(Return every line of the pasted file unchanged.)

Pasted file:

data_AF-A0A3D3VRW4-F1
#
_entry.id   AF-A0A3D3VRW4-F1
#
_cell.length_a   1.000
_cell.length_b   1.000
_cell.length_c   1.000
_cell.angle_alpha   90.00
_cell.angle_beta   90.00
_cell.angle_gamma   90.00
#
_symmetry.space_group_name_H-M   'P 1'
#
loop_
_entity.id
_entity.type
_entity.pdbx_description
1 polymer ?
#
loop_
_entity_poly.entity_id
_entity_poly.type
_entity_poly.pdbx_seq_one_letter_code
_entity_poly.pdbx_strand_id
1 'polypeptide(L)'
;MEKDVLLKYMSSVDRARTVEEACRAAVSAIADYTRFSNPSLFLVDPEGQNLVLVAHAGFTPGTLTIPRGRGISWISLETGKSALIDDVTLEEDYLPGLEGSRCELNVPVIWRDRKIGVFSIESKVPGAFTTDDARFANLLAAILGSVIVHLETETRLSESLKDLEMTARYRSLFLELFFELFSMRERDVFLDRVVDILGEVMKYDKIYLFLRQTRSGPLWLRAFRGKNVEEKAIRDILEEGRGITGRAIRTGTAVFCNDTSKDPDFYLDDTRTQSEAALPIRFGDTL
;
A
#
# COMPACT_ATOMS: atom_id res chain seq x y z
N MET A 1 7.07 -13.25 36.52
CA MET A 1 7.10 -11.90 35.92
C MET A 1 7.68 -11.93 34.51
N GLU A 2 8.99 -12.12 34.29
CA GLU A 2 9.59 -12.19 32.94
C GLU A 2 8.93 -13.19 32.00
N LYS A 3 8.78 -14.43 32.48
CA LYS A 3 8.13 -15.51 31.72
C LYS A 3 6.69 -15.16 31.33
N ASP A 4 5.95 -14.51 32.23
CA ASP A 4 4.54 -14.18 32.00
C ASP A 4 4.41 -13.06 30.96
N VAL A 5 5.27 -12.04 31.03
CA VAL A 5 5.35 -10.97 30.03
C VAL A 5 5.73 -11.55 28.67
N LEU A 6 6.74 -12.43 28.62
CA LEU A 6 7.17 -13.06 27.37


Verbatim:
data_AF-A0A3D3VRW4-F1
#
_entry.id   AF-A0A3D3VRW4-F1
#
_cell.length_a   1.000
_cell.length_b   1.000
_cell.length_c   1.000
_cell.angle_alpha   90.00
_cell.angle_beta   90.00
_cell.angle_gamma   90.00
#
_symmetry.space_group_name_H-M   'P 1'
#
loop_
_entity.id
_entity.type
_entity.pdbx_description
1 polymer ?
#
loop_
_entity_poly.entity_id
_entity_poly.type
_entity_poly.pdbx_seq_one_letter_code
_entity_poly.pdbx_strand_id
1 'polypeptide(L)'
;MEKDVLLKYMSSVDRARTVEEACRAAVSAIADYTRFSNPSLFLVDPEGQNLVLVAHAGFTPGTLTIPRGRGISWISLETGKSALIDDVTLEEDYLPGLEGSRCELNVPVIWRDRKIGVFSIESKVPGAFTTDDARFANLLAAILGSVIVHLETETRLSESLKDLEMTARYRSLFLELFFELFSMRERDVFLDRVVDILGEVMKYDKIYLFLRQTRSGPLWLRAFRGKNVEEKAIRDILEEGRGITGRAIRTGTAVFCNDTSKDPDFYLDDTRTQSEAALPIRFGDTL
;
A
#
# COMPACT_ATOMS: atom_id res chain seq x y z
N MET A 1 7.07 -13.25 36.52
CA MET A 1 7.10 -11.90 35.92
C MET A 1 7.68 -11.93 34.51
N GLU A 2 8.99 -12.12 34.29
CA GLU A 2 9.59 -12.19 32.94
C GLU A 2 8.93 -13.19 32.00
N LYS A 3 8.78 -14.43 32.48
CA LYS A 3 8.13 -15.51 31.72
C LYS A 3 6.69 -15.16 31.33
N ASP A 4 5.95 -14.51 32.23
CA ASP A 4 4.54 -14.18 32.00
C ASP A 4 4.41 -13.06 30.96
N VAL A 5 5.27 -12.04 31.03
CA VAL A 5 5.35 -10.97 30.03
C VAL A 5 5.73 -11.55 28.67
N LEU A 6 6.74 -12.43 28.62
CA LEU A 6 7.17 -13.06 27.37